• The prostate gland is a gland surrounding the bladder (the bladder outlet) that produces a fluid that becomes part of the semen.
• Benign prostatic hyperplasia, or BPH, is a noncancerous enlargement of the prostate gland.
• The treatment of benign prostatic hyperplasia is usually reserved for patients with bothersome symptoms that affect the quality of life and may affect sexual function. Medical and surgical approaches are available to treat BPH. Surgical treatment is recommended if there are kidney problems related to BPH, urinary retention that fails to improve, recurrent urinary tract infections, recurrent bladder stones, bloody urine (gross hematuria), or failure to improve with medical therapy.
• BPH is ubiquitous and can cause bothersome lower urinary tract symptoms, including frequent urge to urinate, getting up at night to urinate, difficulty urinating, and dribbling of urine at the end of urination.
The prostate is a small organ about the size of a walnut. It lies below the bladder (where urine is stored) and surrounds the urethra (the tube that carries urine from the bladder). The prostate makes a fluid that helps to nourish sperm as part of the semen (ejaculatory fluid).
Prostate problems are common in men 50 and older. Most can be treated successfully without harming sexual function.
Benign prostatic hyperplasia (BPH) is a nonmalignant (noncancerous) enlargement of the prostate gland, a common occurrence in older men. It is also known as benign prostatic hyperplasia and abbreviated as BPH and benign prostatic enlargement (BPE). It’s also referred to as an enlarged prostate gland. BPH must be differentiated from prostate cancer. Prostate cancer can cause symptoms like BPH but is more commonly associated with an increase in PSA and an abnormal prostate on rectal examination or ultrasound evaluation.
Medical professionals do not have a good understanding of what causes an enlarged prostate.
BPH generally begins in a man’s 30s, evolves slowly, and most commonly only causes symptoms after 50.
In benign prostatic hyperplasia, the prostate gland grows in size. It may compress the urethra, which courses through the center of the prostate. This can impede the flow of urine from the bladder through the urethra to the outside. Lower urinary tract symptoms from BPH can be due to one of the factors: (1) dynamic, (2) static, and (3) compensatory. Dynamic factors are related to the muscle’s tone surrounding the prostate and the outlet of the bladder.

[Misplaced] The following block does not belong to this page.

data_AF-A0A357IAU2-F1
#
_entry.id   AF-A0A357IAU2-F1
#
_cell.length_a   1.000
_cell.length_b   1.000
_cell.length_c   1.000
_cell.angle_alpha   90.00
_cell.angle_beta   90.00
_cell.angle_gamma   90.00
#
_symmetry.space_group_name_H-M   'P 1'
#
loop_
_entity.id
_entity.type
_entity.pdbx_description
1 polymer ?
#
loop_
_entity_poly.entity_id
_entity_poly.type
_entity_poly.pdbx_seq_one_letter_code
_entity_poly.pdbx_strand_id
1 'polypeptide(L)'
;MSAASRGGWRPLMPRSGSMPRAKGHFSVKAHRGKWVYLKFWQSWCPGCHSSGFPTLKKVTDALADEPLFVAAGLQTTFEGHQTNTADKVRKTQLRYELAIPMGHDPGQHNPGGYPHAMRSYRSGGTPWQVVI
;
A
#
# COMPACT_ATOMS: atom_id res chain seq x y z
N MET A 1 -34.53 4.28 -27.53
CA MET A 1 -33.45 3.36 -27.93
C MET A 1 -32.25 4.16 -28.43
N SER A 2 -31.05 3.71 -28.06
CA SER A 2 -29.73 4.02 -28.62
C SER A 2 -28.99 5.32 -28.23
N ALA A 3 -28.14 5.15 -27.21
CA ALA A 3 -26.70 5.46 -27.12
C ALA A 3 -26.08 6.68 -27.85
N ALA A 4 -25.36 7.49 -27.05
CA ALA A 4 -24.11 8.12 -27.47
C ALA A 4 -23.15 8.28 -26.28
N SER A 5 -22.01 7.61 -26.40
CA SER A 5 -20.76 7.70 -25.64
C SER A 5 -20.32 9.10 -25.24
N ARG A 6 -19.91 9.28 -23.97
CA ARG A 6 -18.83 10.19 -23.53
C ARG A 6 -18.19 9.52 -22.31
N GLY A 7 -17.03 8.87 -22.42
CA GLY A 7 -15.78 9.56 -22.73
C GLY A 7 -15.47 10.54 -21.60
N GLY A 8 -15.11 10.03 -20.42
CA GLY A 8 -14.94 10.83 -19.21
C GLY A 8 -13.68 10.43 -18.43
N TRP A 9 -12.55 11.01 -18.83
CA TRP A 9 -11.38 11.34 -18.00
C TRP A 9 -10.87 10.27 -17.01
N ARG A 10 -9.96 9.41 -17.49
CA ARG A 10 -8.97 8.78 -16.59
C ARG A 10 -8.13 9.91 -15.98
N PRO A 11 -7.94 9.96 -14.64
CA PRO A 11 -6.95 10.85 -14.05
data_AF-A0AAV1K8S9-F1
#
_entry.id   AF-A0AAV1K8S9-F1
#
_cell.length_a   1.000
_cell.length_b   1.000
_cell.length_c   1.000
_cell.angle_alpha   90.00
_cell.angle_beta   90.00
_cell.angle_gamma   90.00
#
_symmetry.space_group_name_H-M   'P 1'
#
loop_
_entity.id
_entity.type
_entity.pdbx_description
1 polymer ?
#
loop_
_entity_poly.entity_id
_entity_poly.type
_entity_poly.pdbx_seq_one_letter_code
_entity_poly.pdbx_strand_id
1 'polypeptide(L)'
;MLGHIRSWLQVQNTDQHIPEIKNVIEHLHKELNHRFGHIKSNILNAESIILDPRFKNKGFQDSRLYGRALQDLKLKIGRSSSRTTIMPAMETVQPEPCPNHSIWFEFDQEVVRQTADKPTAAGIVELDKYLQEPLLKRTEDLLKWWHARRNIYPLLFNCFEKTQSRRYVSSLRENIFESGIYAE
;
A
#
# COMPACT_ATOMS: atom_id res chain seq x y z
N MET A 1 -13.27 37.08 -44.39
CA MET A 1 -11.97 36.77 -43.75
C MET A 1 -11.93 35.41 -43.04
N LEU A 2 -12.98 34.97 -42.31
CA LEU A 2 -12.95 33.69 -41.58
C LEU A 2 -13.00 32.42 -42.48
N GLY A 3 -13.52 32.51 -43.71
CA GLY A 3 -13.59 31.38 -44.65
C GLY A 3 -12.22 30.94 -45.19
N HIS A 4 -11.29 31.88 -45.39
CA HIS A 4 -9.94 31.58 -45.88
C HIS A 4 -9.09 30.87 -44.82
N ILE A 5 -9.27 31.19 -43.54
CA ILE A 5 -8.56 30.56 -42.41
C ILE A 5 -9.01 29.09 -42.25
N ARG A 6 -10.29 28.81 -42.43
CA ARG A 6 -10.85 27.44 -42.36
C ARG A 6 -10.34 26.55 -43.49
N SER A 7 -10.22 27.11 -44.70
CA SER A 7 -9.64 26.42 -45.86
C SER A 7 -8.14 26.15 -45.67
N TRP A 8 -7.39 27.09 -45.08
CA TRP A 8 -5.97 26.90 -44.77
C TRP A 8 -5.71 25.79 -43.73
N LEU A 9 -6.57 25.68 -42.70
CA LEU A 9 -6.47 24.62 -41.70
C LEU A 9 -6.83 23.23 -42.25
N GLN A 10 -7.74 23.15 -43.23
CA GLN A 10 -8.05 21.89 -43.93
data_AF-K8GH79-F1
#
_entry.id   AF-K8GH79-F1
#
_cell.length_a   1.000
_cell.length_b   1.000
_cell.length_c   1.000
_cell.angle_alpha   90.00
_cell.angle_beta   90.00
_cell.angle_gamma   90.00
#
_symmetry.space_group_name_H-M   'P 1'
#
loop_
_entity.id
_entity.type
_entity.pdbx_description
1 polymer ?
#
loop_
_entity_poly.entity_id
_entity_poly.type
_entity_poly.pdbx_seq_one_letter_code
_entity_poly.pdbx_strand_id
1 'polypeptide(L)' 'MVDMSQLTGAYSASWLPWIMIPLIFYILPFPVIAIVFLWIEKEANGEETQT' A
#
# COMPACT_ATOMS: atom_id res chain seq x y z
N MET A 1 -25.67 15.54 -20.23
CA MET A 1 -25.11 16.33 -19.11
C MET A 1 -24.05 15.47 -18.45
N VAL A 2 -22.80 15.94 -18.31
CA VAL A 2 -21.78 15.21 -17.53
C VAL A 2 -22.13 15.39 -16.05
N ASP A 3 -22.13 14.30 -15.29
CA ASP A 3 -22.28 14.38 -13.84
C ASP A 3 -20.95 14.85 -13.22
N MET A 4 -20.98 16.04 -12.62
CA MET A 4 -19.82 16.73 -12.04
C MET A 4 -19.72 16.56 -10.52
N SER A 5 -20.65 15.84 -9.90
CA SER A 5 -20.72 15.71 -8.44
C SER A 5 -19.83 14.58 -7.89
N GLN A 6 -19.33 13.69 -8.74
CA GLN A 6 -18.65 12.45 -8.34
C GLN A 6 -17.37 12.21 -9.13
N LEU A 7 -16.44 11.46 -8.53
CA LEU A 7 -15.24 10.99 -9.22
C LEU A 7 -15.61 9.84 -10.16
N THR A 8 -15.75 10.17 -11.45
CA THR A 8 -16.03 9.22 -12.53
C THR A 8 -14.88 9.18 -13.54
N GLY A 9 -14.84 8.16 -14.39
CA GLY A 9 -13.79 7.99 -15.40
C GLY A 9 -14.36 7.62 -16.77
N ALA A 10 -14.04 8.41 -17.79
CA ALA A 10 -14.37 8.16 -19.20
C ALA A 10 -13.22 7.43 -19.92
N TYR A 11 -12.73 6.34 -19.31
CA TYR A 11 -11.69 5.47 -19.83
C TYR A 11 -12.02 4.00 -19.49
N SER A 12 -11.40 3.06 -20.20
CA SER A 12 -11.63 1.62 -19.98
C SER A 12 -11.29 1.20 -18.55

In contrast, static factors are related to the enlargement of the prostate tissue. Dynamic and static symptoms are prostate-related symptoms. Compensatory factors result from changes that occur in the bladder as a result of the bladder working harder to push urine past the bladder neck and prostate.
Signs and symptoms of BPH include lower urinary tract symptoms (LUT) of weak urine stream, difficulty starting the urine stream (hesitancy), straining to urinate, inability to empty the bladder, inability to urinate (urinary retention), blood in the urine (hematuria), leakage of urine (urinary incontinence), decreased urine flow (slow urine stream), and post-void dribbling of urine.
BPH may also be related to the development of bladder stones, recurrent urinary tract infections, and backup of urine in the kidneys (hydronephrosis).
A doctor or other health care professional can usually detect an enlarged prostate by rectal examination. A medical professional may perform a rectal exam to ensure that there are no “nodules,” which are hard, irregular areas in the prostate are suspicious for prostate cancer, and assess the size of the prostate. Assessment of prostate size and shape is better evaluated with abdominal or transrectal ultrasound or cystoscopy. A cystoscope is a long, thin telescope-like instrument with a light source and lens allowing one to look at the urethra, the prostate, and the bladder when inserted through the opening at the tip of the penis. Cystoscopy and or ultrasound are recommended before the surgical treatment of BPH.
Other tests that medical professionals may perform include: (1) bladder scanner postvoid residual determination and (2) uroflowmetry (a test in which one void into a special urine collection device that can measure the rate and pattern of urine flow). Lastly, a PSA is often obtained and, if abnormal, may require further evaluation to rule out prostate cancer.
The American Urological Association (AUA) recommends that men with BPH complete the AUA-symptom index (AUA-SI), which assesses the degree to which symptoms bother. It is a useful way to evaluate changes in bothersome symptoms with treatment.
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